3 minute read
Perception Versus Efficiency: Checkout Queuing Theory
Shopping is full of many decisions from the moment you walk in the door. Do you need a hand basket or a cart? What merchandise provides the best value? Should you buy two because there is a promotion? One of the most daunting decisions can be which register lane to enter at checkout. Those managing retail stores struggle with these same questions, especially when it comes to how to design their point of sale interaction.
There are many factors that go into this decision, but I think everyone has the same motive in mind – to spend as little time waiting in line as possible. This is a goal that customers, store employees and store management share. Of course, part of the checkout process depends on the quantity of items that need processed, but there are also fixed activities that must occur for each customer, regardless of order size. The cashier must greet the customer and process a form of payment. There are other activities that may happen – asking for a rewards card, requesting ID for restricted items, additional bagging for fragile items, processing coupons, and so forth. All these activities depend on both, the cashier and customer. What is the cashier’s skill and effort? Does the cashier have all the necessary items at the work place? Is the customer prepared with necessary coupons, rewards card and payment? Does the customer need to sign to verify the payment? With all this complexity, how can a retailer optimize their design and standard operating procedures around the checkout process to best serve everyone?
For retailers the solution may lie in the field of queuing theory. Queueing theory is the study of queues, or waiting lines. Queueing models can be created to study queue lengths and wait times. Queueing theory states that a combined queue with multiple servers, a single queue that leads to multiple checkouts, is mathematically the most efficient method. A single queue is commonly seen at airports, banks, DMVs, and self-checkouts. Although a single queue appears much longer, the lines moves 3 times faster. When a single line stops due to a delay from the cashier or customer, the entire line stops, where a single queue can keep moving. For example, if there are three lines in a store, unpredictable delays occur randomly at different registers. Therefore, you only have a one-in-three chance of being in the fastest moving line.
Despite it being mathematically proven, people have a natural aversion to a single queue due to the perception of it taking longer because it visually appears longer. If you are the third person in lane 1 and see the fourth person in lane 2 move through the checkout lane faster, you feel you picked the wrong lane, whether the delay is created from the cashier or customers ahead of you.
A single queue also improves the cashiers’ unutilized time. In separate, parallel queues, when a cashier is finished processing the last customer in their lane, their time becomes unutilized while the cashier in the next lane is still processing customers. In a single queue, the cashiers’ time is fully utilized and there are minimal delays between customers. Customers are not being moved around as one cashier becomes available, or another cashier needs to close a lane for a break or end of shift.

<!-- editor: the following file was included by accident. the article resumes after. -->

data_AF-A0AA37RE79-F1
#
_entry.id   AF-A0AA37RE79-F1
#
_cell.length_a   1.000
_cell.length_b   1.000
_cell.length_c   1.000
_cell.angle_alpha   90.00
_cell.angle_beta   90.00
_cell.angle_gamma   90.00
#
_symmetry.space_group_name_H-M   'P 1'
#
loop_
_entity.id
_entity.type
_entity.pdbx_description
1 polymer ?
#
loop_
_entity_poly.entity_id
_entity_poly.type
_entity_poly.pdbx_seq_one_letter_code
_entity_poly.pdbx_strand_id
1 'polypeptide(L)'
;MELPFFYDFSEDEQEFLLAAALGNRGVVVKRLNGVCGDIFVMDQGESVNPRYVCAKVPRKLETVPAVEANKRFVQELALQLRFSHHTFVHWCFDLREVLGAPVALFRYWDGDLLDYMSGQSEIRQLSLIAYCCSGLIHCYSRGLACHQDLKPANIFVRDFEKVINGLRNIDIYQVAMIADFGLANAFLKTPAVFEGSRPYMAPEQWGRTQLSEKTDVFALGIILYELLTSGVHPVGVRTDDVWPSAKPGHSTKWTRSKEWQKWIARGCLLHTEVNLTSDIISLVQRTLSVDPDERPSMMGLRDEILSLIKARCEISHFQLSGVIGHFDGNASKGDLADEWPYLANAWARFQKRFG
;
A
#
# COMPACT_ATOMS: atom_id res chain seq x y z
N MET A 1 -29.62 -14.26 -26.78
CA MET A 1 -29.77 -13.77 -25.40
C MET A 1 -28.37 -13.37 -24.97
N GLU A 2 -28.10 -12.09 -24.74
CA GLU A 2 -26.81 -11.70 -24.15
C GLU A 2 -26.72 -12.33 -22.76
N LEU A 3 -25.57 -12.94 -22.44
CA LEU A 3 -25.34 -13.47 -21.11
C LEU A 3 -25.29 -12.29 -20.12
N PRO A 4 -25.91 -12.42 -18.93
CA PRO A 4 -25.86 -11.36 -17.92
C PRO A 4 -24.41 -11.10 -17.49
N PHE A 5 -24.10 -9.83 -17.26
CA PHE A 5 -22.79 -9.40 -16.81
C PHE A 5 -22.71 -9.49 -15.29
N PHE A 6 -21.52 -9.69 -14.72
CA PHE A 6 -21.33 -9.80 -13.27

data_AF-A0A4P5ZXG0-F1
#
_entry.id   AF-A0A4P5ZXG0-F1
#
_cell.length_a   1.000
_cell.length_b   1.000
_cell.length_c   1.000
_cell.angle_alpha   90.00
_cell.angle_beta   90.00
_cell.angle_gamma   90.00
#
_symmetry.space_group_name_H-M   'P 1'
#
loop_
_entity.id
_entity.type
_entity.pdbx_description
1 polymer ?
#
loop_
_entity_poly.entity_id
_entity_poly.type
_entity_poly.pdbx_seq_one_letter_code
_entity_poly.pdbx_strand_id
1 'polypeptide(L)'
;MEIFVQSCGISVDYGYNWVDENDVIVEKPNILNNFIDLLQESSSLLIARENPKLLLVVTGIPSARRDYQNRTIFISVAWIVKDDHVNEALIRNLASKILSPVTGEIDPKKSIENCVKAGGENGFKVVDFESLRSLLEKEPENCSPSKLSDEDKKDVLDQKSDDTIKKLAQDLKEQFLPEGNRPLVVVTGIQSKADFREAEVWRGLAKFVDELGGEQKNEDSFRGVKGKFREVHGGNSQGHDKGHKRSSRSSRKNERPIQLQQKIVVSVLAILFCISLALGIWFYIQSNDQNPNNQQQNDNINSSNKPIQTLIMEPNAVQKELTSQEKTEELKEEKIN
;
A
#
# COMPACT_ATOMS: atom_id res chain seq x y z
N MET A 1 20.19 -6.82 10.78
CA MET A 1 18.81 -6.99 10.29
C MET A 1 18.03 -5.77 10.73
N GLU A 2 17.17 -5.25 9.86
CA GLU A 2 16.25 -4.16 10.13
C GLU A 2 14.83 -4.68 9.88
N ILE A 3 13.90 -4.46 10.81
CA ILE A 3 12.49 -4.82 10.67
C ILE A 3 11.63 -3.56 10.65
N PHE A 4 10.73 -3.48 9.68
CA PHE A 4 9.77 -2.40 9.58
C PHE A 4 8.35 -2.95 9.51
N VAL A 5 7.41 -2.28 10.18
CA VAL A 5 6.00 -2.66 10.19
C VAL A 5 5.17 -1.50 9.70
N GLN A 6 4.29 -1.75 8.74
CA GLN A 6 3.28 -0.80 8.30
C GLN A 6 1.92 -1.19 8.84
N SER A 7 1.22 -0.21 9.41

Now, there are factors that must be taken into consideration to receive the full benefits of a single queue, multiple server model, especially in a retail environment. It is imperative that there is a method to queue customers from the single queue to the multiple servers before that server has finished processing their current customer. Otherwise, this creates a delay between every customer. Some retailers utilizing a single queue with multiple servers today use a variety of tactics to accomplish this.
One solution used to address this issue includes using a system of lights to signal to the next in queue to approach the register (a light in one color signals to the next in the queue a customer is being served while a light of a different color signals to the next customer in the queue to approach the register). Another solution is to deploy an employee to direct customers to approach each server as they are completing service for the current customer. There are other solutions as well, but the important point is that when deploying a single queue and multiple server configuration the retailer needs to have a clearly defined strategy to educate and manage customer interaction to minimize delay time.
It may not work for every type of retailer, depending on various attributes such as customer volume, average item size, type of product, available square footage to reconfigure the retail space and many other. However, despite perceptions and the way it has always been done there could be value in piloting a single queue with multiple servers in retail settings. While piloting a single queue, retailers can measure KPIs focused around queuing, such as average wait times and average queue lengths. Although it is a departure from the norm, single queues can benefit everyone, from improved employee utilization to decreased wait time for customers.